San Juan County Clerk, John Nielson, deliberately and forcefully broke the law to ensure that Mr. Willie Grayeyes, a Navajo, would never see his name on the ballot. And that despite the efforts of the courts to undo racially gerrymandered county commissioner districts, the oppression would continue and the intimidation persist. The objective was that in no way would Natives be allowed to seat a majority on the county commission.
This is a despicable act. It is tragic. It’s disappointing and frustrating. It’s undemocratic. And this has everything to do with race.
Isn’t it enough that settlers come in, take the Native peoples’ land, lay claim to their resources, impose a government and economy that systematically disenfranchises them, silence and ignore their voices, and then have the audacity to make the claim that it is somehow their own fault for their condition?
The answer: No. It’s not enough.
It very much appears that the old guard will fight every step of the way, make it as difficult as possible for justice to prevail, and feign victimhood as if they are the ones somehow being oppressed. They will push every small act they can to make it as difficult as possible for any semblance of equality to materialize. This is a textbook example of corruption, the manifestation of authoritarian tendencies, and a very real threat to democracy. So what is to be done?
There are calls and will be more for Mr. Nielson to resign his office. And frankly, that is the least thing he can do. He should be tried for his crimes. I would lay the challenge to him to examine the basic precepts of democracy and leadership, and perhaps one day, become an advocate for equality after he pays his debt to society. Maybe that is wishful thinking on my part, but I believe that people can change. It would definitely be something both our peoples would need for healing.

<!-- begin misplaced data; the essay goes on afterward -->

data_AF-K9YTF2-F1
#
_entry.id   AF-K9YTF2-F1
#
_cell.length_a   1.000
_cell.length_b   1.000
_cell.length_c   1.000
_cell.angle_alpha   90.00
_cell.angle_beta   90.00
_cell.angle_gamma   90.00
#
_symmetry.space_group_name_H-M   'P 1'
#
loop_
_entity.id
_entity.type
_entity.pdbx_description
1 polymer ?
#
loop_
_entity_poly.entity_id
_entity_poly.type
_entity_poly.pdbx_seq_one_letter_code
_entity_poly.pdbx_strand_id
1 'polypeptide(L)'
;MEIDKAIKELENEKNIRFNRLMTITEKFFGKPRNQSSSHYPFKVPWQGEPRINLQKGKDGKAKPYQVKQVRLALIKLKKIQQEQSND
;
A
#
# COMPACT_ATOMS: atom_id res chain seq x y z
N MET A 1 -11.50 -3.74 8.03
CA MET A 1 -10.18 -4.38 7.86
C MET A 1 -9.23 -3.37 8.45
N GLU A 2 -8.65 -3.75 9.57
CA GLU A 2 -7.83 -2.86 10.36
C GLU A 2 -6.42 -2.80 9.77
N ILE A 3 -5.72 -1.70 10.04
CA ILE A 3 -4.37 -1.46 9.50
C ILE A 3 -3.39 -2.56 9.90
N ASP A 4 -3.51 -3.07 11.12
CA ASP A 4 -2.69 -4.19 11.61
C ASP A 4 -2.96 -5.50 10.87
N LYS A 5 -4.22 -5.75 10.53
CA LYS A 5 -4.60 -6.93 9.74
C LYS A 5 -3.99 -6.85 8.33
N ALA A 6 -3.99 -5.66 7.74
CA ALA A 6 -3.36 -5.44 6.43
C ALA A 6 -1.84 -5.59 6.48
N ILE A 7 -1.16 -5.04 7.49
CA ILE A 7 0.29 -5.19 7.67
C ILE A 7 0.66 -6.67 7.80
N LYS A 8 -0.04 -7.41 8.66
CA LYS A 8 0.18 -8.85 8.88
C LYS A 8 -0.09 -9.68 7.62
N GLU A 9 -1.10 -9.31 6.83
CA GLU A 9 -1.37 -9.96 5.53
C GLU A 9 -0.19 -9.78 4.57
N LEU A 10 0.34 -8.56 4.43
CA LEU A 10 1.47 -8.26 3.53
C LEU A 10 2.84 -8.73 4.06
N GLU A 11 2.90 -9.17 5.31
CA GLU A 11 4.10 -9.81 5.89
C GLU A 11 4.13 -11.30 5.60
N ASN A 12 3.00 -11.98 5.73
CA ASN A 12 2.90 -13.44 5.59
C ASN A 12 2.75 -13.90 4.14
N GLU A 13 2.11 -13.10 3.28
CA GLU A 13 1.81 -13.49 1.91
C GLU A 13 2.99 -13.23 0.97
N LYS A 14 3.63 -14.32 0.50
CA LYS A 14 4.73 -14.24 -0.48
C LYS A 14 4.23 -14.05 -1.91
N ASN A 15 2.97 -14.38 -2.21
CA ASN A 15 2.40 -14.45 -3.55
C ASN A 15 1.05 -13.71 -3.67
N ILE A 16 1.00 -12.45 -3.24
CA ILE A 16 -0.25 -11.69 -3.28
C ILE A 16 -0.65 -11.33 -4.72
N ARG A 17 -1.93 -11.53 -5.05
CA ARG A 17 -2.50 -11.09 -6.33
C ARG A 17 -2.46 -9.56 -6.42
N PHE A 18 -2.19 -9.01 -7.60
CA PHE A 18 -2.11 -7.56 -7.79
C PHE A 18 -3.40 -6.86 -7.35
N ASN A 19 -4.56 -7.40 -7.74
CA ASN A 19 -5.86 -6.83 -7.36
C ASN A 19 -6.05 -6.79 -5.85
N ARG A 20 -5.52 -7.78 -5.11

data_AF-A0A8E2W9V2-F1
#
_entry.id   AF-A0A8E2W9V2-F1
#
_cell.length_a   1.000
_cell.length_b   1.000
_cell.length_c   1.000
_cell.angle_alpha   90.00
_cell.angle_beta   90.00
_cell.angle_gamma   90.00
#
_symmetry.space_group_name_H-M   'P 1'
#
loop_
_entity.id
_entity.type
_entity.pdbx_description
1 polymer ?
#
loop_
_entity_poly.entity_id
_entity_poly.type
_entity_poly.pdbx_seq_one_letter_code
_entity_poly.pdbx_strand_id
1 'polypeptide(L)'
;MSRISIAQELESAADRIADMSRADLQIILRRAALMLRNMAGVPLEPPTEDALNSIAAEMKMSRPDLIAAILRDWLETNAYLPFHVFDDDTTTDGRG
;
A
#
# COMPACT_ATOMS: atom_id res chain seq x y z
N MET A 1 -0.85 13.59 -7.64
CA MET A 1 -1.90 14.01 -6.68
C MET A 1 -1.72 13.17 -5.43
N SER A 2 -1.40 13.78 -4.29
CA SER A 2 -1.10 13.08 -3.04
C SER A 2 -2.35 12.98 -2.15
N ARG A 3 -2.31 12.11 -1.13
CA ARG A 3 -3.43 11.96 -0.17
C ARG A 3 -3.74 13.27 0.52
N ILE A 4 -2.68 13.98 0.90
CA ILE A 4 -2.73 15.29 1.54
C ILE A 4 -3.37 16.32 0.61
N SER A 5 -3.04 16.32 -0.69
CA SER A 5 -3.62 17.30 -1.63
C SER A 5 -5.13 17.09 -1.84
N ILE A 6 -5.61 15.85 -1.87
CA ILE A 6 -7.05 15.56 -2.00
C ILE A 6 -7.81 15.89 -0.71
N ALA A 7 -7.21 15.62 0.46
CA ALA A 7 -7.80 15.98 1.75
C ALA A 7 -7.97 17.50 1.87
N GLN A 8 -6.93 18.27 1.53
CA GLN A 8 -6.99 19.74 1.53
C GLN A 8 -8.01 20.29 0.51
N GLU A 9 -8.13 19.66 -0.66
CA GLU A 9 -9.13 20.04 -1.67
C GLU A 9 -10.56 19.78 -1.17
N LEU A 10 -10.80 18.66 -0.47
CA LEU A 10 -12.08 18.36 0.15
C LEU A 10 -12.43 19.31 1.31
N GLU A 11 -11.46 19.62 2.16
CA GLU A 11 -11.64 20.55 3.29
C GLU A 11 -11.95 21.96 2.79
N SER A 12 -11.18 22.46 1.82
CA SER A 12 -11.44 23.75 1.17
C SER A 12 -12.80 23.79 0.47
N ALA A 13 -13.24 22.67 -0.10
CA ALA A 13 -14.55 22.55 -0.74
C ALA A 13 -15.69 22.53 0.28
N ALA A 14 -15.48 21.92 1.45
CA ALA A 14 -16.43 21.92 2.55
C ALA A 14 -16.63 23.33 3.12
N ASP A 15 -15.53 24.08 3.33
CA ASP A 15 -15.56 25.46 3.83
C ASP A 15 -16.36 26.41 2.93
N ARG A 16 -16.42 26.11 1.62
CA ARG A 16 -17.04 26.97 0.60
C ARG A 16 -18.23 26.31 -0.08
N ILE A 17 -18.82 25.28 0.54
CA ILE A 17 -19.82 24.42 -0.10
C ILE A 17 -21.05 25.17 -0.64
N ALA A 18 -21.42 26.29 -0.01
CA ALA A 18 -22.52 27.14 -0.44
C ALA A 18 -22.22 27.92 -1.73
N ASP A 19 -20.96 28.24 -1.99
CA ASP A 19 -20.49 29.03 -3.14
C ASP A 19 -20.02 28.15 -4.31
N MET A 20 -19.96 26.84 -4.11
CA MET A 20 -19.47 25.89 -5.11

In the meantime, the movement towards justice will continue pressing forward. The power accumulated over time in this forgotten corner of Utah has gone unchecked long enough and we will be watching.
We will watch to see that polling locations are open, accessible, and functioning with enough ballots for voters.
We will watch to see that there will be in-person assistance, along with materials and election information in the Navajo language as protected and assured by law.
We will watch to see if the county will find ways to engage in voter suppression.
These aren’t empty threats to instill fear or to intimidate. These are basic and fundamental rights that all Americans are entitled to under the Constitution. We simply want to assure that our democracy functions as it should.
I was pleased by the resiliency and poise of Mr. Grayeyes when I met with him yesterday: “People tell me I should strike back right now, but why would I do that? If I get into office, the people who I would go after will be the people I will serve later on,” he said. “We need to show healing. We need to treat the root of the problem, not just cover up the symptoms temporarily.”
So to the elected leaders of San Juan County, I implore you to be proactive in bringing about the ideals this nation is founded upon: equality, justice, freedom, and democracy. Stop putting roadblocks in the way of helping us overcome and bridge the divides of the past. That is real leadership. Rise to the challenge.
I am so very pleased to learn that Willie Grayeyes is again on the ballot for this November running for a county commissioner seat. The history of San Juan County is such that, until only recently, racial gerrymandering had been a consistent and detrimental practice. And while the court ruling to change the boundaries was an important first step towards equality and democracy, I cannot help but notice how eliminating this undemocratic practice has been fought against every step of the way. And it will continue to be fought until election day. The fight for democracy is not over now that Mr. Grayeyes is back on the ballot, but it was a good victory and a much-needed one. Congrats, Willie!